• Roads not taken professionally: 

I would never have been eligible for the Teagle had Raymond F. Rabke, Jr. not been instrumental in my becoming employed by Standard Oil Co. upon graduation.  I am grateful to Raymond F. Rabke, Jr. (he died circa 1986)  who, having graduated in chemical engineering from the engineering school of the University of Texas at Austin in 1956, who worked at the then Esso refinery, Baton Rouge, La., and whose help and invitation was instrumental in my becoming employed by the Esso refinery upon my graduation in 1957 from University of Texas at Austin, and thus my being eligible,for the Teagle. I did not realize it at the time that I was eligible for the Teagle, until later after serving in the U.S. Navy (1957-59) and applying in 1958 (circa) to M.I.T. and Harvard Business School.  As an employee of Exxon (then Esso and Standard Oil) (1957-64)) while serving in the U.S. Navy, I was on military leave of absence (1957-59).  As a student at Harvard Business School (1959-61) and Harvard Law School (1961-64),  I was on educational leave. I worked summers at primarily Exxon facilities as an engineer (Baton Rouge, La. refinery, summer 1959), business analyst (Baton Rouge, La. refinery, summer 1960), assistant researcher (Harvard Business School, summers 1961, 1962 (circa)), international finance analyst (Treasurer's Dept., N.Y., New York, summer 1963).  

My application to HBS (5/1/1959 at Item 29) indicated that my plan was to continue with Standard Oil Co. (N.J.) in management, given that I understood that the Company preferred its engineers who intended to pursue a management career attend business school.  I was fortunate to obtain from Standard Oil (i.e., Esso Standard (Baton Rouge, La. refinery)) an additional leave of absence to attend Harvard Law School.  Upon graduation from law school, I sought a position as a lawyer in Standard Oil's legal department (N.Y.C.), but was not accepted by reason of its policy of usually hiring lawyers only with a certain number of years' experience, and thus I followed a different, yet somewhat similar, career path in the legal department of Allied Chemical (1964-1967) in New York City, combining legal work with training as an engineer (E.I.T.).  See, e.g., "Gallery 11: professional engineering" on Navigation Bar. I continued this combination with Arthur, Drye, Kalish, Taylor and Wood (1967-1969).  My career focus at this point had evolved to include international business law and finance.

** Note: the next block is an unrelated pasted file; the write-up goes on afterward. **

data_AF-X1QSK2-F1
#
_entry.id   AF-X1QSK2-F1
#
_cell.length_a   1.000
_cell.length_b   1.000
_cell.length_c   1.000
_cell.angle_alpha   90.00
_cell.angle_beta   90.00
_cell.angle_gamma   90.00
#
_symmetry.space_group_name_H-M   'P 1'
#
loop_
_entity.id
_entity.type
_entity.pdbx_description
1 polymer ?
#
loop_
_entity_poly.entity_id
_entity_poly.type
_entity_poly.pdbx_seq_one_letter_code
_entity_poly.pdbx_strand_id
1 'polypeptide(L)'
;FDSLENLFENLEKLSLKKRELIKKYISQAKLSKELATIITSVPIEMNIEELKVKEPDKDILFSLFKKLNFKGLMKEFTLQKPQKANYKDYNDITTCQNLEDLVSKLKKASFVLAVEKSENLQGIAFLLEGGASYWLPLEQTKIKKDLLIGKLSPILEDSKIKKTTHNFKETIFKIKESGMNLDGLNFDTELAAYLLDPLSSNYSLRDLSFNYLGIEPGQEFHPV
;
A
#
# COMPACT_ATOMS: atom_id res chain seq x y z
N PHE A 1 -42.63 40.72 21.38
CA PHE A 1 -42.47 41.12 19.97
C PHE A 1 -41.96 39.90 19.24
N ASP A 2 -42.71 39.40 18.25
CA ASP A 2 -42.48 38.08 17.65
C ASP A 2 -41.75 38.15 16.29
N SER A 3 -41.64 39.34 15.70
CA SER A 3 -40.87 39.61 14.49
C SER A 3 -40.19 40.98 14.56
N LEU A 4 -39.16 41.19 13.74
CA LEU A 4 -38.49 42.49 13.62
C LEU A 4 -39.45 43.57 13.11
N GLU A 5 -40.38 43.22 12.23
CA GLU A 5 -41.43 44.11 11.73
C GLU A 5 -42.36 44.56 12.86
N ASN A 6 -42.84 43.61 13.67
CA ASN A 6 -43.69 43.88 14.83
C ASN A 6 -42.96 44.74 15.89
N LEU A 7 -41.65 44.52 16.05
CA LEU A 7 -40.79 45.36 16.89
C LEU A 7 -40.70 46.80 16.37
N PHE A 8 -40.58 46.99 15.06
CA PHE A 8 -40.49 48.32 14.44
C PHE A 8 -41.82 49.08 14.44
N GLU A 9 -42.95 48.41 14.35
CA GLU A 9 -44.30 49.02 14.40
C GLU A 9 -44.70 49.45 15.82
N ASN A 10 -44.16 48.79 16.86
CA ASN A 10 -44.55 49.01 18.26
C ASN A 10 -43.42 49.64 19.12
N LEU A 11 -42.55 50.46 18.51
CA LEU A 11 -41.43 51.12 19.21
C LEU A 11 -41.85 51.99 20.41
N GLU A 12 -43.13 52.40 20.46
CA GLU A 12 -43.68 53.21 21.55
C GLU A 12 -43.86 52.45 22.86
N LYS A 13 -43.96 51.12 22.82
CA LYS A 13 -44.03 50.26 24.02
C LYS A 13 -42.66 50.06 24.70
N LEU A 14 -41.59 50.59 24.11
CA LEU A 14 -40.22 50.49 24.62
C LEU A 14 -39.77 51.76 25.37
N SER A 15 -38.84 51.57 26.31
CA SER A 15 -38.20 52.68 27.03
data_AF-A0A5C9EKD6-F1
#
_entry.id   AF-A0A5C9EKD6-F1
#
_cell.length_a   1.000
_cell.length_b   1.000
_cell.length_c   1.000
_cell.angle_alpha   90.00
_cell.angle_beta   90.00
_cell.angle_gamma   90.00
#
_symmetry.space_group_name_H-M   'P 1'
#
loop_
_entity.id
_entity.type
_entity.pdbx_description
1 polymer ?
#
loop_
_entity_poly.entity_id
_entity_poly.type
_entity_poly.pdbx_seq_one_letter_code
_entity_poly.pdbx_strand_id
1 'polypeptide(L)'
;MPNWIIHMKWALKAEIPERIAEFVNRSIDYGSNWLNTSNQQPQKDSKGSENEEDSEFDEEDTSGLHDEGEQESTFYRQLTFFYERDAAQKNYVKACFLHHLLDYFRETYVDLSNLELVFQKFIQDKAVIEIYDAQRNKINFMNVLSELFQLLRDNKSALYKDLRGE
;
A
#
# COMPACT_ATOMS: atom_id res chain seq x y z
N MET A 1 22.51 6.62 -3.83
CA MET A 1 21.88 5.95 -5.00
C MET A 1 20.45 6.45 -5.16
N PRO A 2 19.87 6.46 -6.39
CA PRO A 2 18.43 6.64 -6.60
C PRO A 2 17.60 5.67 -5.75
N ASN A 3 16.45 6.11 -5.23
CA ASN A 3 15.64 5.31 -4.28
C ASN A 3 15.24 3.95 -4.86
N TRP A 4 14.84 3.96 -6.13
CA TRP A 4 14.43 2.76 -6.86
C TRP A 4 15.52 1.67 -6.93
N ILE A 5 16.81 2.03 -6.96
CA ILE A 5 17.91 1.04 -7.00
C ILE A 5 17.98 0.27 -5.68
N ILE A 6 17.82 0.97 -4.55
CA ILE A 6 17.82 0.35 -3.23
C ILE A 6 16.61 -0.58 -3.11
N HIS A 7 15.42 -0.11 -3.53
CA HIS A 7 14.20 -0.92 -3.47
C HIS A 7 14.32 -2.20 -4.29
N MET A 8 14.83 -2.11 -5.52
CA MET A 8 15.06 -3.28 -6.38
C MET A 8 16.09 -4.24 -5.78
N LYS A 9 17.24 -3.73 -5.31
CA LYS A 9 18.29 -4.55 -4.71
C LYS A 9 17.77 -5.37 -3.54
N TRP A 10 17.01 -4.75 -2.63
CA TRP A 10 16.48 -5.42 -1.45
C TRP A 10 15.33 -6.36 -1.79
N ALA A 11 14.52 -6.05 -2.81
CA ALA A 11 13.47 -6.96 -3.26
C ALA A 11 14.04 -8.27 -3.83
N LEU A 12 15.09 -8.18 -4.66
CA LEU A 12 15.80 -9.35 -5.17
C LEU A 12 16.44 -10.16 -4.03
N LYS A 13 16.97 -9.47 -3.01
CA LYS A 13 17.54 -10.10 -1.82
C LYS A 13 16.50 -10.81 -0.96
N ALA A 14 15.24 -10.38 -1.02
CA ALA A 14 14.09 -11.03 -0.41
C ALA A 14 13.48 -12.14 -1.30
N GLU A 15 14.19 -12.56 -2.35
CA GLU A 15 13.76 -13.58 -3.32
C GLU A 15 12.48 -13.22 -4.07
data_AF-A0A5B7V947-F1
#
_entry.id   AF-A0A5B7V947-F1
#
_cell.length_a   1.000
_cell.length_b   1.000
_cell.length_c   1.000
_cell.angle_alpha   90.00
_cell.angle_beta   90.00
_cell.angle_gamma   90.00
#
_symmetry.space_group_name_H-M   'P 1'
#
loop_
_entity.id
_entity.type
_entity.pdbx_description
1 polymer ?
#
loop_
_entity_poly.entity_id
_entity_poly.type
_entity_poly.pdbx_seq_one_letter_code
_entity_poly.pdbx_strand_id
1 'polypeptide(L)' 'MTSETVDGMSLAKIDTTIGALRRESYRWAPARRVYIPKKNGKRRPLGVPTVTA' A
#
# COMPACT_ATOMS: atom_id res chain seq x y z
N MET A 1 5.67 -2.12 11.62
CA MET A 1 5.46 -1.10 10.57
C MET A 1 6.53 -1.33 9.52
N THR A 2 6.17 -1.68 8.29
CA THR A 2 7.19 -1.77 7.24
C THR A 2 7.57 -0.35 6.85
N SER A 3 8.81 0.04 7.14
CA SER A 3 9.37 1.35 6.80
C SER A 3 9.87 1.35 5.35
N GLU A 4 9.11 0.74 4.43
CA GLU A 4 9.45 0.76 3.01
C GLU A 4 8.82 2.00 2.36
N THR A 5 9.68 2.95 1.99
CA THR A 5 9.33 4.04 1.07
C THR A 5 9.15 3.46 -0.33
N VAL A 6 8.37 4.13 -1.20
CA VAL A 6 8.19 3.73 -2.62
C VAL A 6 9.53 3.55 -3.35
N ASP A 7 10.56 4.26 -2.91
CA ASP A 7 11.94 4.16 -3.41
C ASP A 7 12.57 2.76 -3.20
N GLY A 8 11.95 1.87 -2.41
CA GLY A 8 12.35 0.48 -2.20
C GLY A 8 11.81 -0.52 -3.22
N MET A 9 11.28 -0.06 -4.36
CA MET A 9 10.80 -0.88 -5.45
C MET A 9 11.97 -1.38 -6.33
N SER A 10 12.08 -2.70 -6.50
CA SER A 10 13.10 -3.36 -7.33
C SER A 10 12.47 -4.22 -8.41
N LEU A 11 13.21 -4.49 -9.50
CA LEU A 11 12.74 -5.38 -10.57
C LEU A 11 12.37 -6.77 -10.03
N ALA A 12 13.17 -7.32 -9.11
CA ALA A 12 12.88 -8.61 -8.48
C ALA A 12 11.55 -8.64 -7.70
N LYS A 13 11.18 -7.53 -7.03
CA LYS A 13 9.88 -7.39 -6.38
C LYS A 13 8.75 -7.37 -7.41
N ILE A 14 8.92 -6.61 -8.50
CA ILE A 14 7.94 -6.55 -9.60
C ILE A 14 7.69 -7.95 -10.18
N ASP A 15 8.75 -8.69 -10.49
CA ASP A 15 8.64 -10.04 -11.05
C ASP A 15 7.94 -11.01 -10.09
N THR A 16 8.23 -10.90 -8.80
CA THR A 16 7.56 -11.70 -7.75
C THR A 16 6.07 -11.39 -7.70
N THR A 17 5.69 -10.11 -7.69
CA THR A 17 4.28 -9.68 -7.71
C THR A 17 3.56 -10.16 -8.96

This metamorphosis/transformation was substantially complete by 1970 when I began teaching business law and tax at Columbia Business School.  Though without question I enjoyed teaching immensely, the workload was demanding (e.g., class preparation typically took 10 or so hours, plus time commitments to meeting with students after class and service to the School), and I thus began to concentrate on this phase of my life

My career as an educator/lawyer has been very fulfilling,  Yet I have sometimes wondered had I been interested in studying abroad and  had applied for, and received, a fellowship or scholarship to do so, what that direction possibly may have wrought in my career -- probably leading to academia as well -- so that perhaps all roads do lead to Rome.  Again, Robert Frost's The Road Not Taken comes to mind.  But see, e.g., Daniel Akst, Choose or Lose, Wall Street J., Oct. 13-14, 2012, at C10, review of  Robert E. Goodwin, On Settling (2012) ("We must foreclose some options: The alternative is a life full of potential but empty of meaning.").  Likewise, my commitment to the engineer-in-training (E.I.T.) requirements when practicing law but with industrial clients, e.g., Allied Chemical and Uniroyal and intrinsically in satisfaction of the E.I.T. requirements (subject to the P.E. licensing board's (Texas or New York) approval of such experience), gradually gave way to my full commitment to that of a licensed attorney and lessened to that of a licensed professional engineer as a consultant or in management in an industrial setting.